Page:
Family Life And Affairs

Turner's personal life was highly private, and as he grew older, he became more eccentric.

He had few close friends, but he was devoted to his father, who lived with him for 30 years and assisted him in the studio, as a cook, and as a gardener. In 1804, his mother died, most likely in a Bethlem insane asylum. Turner struggled with depression following his father's death in 1829. Although he was never married, he fathered two daughters, Eveline and Georgianna, with an older widow, Sarah Danby. "Woman is doubtful love," Turner wrote in one of his sketchbooks, and there is some evidence that the true mother of his daughters was Sarah Danby's niece, who worked as his housekeeper for a time. Later, posing as 'Mr. Booth' in Sophia Caroline Booth's Chelsea home, he had an affair with her.

The Reflexive Art

Turner later travelled to Italy, Switzerland, Germany, France, Denmark, and Czechoslovakia.

He sketched continuously throughout his travels, and approximately 19,000 sketches from these journeys were included in his bequest. His paintings evolved into more fluid, atmospheric, and sparsely detailed works. Turner's paintings reflected his reaction to the changes brought about by the Industrial Revolution. Turner's innovative style in these later paintings drew public criticism, but in Modern Painters, John Ruskin, an English art critic and longtime supporter of Turner's work, defended him (1843-60). Turner's final Royal Academy exhibition took place in 1850. Turner died in Cheyne Walk, Chelsea, on December 19, 1851, and is buried in St. Paul's Cathedral.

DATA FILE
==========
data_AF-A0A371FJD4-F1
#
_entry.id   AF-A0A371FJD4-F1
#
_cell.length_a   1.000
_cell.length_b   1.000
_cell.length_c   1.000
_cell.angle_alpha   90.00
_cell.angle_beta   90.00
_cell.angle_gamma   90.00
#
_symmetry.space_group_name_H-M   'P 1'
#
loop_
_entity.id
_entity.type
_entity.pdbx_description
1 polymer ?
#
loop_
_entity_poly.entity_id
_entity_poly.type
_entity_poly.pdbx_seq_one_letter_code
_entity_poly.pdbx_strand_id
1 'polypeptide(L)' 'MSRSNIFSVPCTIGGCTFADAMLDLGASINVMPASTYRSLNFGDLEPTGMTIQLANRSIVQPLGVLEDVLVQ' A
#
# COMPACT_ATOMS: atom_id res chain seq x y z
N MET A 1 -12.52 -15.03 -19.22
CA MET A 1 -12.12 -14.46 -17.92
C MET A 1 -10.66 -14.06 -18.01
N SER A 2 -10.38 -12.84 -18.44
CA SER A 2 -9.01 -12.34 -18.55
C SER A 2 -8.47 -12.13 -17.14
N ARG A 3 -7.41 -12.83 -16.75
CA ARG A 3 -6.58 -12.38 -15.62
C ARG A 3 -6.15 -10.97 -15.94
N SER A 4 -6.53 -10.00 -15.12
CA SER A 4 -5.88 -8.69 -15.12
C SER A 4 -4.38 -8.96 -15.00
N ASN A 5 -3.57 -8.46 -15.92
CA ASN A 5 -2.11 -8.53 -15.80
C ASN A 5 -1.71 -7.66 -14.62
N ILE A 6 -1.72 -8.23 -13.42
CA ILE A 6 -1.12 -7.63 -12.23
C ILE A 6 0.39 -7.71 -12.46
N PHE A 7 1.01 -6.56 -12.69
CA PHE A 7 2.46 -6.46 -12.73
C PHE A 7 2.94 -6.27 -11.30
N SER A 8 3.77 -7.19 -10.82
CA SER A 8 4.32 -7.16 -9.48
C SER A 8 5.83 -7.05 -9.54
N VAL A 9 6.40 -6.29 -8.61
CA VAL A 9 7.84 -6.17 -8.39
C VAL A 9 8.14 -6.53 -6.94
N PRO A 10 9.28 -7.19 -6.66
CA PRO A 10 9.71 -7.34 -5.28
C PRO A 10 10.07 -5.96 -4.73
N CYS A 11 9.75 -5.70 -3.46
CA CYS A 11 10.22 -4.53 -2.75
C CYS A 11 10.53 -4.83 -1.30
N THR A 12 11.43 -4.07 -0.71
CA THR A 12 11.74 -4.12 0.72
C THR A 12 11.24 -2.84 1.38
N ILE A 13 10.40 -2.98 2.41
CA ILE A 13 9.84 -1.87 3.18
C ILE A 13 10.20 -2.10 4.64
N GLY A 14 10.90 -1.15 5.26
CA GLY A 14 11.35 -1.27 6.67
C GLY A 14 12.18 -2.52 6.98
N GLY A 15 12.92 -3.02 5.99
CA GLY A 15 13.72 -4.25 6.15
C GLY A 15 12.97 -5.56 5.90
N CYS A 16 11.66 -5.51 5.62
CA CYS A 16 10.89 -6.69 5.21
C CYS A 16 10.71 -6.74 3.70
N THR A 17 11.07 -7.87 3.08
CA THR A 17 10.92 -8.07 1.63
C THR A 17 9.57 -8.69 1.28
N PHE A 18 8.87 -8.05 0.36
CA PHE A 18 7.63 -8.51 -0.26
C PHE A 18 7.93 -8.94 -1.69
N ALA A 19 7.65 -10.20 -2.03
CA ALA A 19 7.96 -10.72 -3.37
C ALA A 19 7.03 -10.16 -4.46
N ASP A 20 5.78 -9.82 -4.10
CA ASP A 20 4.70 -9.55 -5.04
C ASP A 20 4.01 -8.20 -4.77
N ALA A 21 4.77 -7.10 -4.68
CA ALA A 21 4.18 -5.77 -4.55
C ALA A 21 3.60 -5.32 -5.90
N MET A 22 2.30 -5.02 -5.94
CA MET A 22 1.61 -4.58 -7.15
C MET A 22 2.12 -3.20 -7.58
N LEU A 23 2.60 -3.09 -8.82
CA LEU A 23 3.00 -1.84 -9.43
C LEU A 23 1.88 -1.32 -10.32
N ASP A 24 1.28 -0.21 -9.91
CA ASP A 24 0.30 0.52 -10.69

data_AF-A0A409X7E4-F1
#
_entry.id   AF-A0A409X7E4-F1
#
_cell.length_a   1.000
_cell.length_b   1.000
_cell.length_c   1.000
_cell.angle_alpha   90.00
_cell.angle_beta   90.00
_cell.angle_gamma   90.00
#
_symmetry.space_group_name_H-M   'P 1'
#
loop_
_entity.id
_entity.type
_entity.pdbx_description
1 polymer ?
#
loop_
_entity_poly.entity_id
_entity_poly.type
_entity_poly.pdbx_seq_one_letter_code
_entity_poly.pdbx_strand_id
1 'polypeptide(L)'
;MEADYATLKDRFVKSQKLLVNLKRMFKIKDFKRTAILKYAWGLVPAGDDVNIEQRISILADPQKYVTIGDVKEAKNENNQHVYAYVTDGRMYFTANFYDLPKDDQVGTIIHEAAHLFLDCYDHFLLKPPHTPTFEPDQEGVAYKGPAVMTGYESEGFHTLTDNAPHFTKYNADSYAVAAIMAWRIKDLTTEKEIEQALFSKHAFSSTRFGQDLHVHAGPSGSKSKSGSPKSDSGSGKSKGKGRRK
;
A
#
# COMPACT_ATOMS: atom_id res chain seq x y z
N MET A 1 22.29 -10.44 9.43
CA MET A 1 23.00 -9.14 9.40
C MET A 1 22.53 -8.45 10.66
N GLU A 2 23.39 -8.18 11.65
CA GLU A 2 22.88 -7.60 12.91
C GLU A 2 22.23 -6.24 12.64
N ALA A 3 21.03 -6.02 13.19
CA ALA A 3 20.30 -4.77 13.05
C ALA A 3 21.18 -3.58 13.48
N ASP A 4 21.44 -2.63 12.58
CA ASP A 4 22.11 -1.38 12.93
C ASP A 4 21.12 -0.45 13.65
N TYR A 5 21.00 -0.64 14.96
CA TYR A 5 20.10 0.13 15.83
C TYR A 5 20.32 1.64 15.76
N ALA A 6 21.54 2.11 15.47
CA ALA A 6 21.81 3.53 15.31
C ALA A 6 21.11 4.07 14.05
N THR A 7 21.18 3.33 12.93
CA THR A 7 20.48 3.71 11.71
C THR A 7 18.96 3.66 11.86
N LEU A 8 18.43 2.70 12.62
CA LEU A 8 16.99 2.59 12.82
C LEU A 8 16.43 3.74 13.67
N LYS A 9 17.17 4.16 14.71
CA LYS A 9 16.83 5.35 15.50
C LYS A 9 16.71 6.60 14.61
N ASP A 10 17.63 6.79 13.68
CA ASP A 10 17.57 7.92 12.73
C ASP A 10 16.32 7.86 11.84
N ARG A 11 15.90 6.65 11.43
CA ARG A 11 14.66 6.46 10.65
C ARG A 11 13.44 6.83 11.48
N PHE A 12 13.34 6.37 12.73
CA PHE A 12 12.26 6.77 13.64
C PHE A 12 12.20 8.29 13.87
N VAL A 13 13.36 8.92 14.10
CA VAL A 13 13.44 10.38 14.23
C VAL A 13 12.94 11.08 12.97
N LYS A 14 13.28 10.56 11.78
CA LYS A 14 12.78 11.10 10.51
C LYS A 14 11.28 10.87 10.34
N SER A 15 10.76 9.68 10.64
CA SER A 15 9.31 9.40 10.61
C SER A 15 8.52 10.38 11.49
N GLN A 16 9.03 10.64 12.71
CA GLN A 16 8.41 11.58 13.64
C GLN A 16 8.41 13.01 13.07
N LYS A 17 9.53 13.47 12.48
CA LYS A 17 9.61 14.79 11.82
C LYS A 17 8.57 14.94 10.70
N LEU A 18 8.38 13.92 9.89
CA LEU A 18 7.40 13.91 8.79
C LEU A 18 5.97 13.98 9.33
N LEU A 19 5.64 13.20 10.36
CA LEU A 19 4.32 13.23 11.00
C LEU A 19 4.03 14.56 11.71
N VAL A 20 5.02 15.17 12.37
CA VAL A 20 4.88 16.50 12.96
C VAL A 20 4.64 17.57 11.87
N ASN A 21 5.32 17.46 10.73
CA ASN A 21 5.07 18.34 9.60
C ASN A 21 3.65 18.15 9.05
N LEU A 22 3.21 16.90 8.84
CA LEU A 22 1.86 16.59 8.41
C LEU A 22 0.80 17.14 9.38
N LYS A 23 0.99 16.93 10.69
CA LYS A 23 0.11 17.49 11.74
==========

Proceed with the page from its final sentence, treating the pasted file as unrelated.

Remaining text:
Mature Improvement Of Early Art

In his early paintings, Turner attempted to master other styles, such as Willem van der Velde's and Claude Lorrain's realistic, orderly pictorial techniques.

However, by 1805, his oil sketches and paintings such as The Shipwreck demonstrated his distinct approach to landscapes and seascapes. By his late thirties, his work possessed an atmospheric and luminescent quality. In works such as Snowstorm: Hannibal and his Army Crossing the Alps (1812), he began to focus his efforts on portraying nature's might and man's insignificance in the face of it while also creating a historical rendering.

Turner was also a poet, particularly adored Walter Scott, Lord Byron, Thomas Moore, and John Milton, and he wrote his own, including an unfinished and unpublished work titled Fallacies of Hope in 1812. Turner later exhibited excerpts from his poetry at the Royal Academy.

The Travelling Renewal

Turner travelled abroad once more following the Napoleonic Wars' conclusion in 1815.

In 1819, he travelled to Italy for the first time, visiting Rome, Naples, Florence, and Venice. During this time, he created approximately 1,500 drawings, from which he developed several paintings.

These works, such as The Grand Canal, Venice (1835), demonstrate a shift in his approach to colour, with numerous transparent layers, warm and cool colours to create form, and a more vibrant range in general.